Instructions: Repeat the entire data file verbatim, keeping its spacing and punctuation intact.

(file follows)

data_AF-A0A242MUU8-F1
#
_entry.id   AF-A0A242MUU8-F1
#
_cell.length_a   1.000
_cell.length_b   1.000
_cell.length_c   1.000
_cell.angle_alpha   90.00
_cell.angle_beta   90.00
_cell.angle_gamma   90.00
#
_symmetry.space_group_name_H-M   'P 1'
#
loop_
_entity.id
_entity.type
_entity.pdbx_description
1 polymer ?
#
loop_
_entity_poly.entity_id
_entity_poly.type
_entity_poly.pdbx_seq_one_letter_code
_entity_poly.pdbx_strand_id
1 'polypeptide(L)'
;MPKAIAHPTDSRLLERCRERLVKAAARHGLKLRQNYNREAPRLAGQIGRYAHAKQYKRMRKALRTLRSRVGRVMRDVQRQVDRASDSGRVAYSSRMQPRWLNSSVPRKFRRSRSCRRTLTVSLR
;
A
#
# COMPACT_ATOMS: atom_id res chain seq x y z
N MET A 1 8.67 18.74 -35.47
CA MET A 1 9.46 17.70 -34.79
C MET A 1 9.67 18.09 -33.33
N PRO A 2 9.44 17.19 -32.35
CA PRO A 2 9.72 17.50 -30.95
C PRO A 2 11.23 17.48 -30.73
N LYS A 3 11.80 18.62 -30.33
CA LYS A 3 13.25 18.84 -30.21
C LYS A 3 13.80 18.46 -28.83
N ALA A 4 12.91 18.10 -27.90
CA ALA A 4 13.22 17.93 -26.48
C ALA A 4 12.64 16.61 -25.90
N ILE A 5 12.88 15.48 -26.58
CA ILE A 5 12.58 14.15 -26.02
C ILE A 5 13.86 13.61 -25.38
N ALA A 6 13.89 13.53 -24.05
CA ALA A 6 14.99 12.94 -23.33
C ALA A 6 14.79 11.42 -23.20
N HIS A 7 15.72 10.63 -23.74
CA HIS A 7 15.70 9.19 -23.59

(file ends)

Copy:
data_AF-A0A242MUU8-F1
#
_entry.id   AF-A0A242MUU8-F1
#
_cell.length_a   1.000
_cell.length_b   1.000
_cell.length_c   1.000
_cell.angle_alpha   90.00
_cell.angle_beta   90.00
_cell.angle_gamma   90.00
#
_symmetry.space_group_name_H-M   'P 1'
#
loop_
_entity.id
_entity.type
_entity.pdbx_description
1 polymer ?
#
loop_
_entity_poly.entity_id
_entity_poly.type
_entity_poly.pdbx_seq_one_letter_code
_entity_poly.pdbx_strand_id
1 'polypeptide(L)'
;MPKAIAHPTDSRLLERCRERLVKAAARHGLKLRQNYNREAPRLAGQIGRYAHAKQYKRMRKALRTLRSRVGRVMRDVQRQVDRASDSGRVAYSSRMQPRWLNSSVPRKFRRSRSCRRTLTVSLR
;
A
#
# COMPACT_ATOMS: atom_id res chain seq x y z
N MET A 1 8.67 18.74 -35.47
CA MET A 1 9.46 17.70 -34.79
C MET A 1 9.67 18.09 -33.33
N PRO A 2 9.44 17.19 -32.35
CA PRO A 2 9.72 17.50 -30.95
C PRO A 2 11.23 17.48 -30.73
N LYS A 3 11.80 18.62 -30.33
CA LYS A 3 13.25 18.84 -30.21
C LYS A 3 13.80 18.46 -28.83
N ALA A 4 12.91 18.10 -27.90
CA ALA A 4 13.22 17.93 -26.48
C ALA A 4 12.64 16.61 -25.90
N ILE A 5 12.88 15.48 -26.58
CA ILE A 5 12.58 14.15 -26.02
C ILE A 5 13.86 13.61 -25.38
N ALA A 6 13.89 13.53 -24.05
CA ALA A 6 14.99 12.94 -23.33
C ALA A 6 14.79 11.42 -23.20
N HIS A 7 15.72 10.63 -23.74
CA HIS A 7 15.70 9.19 -23.59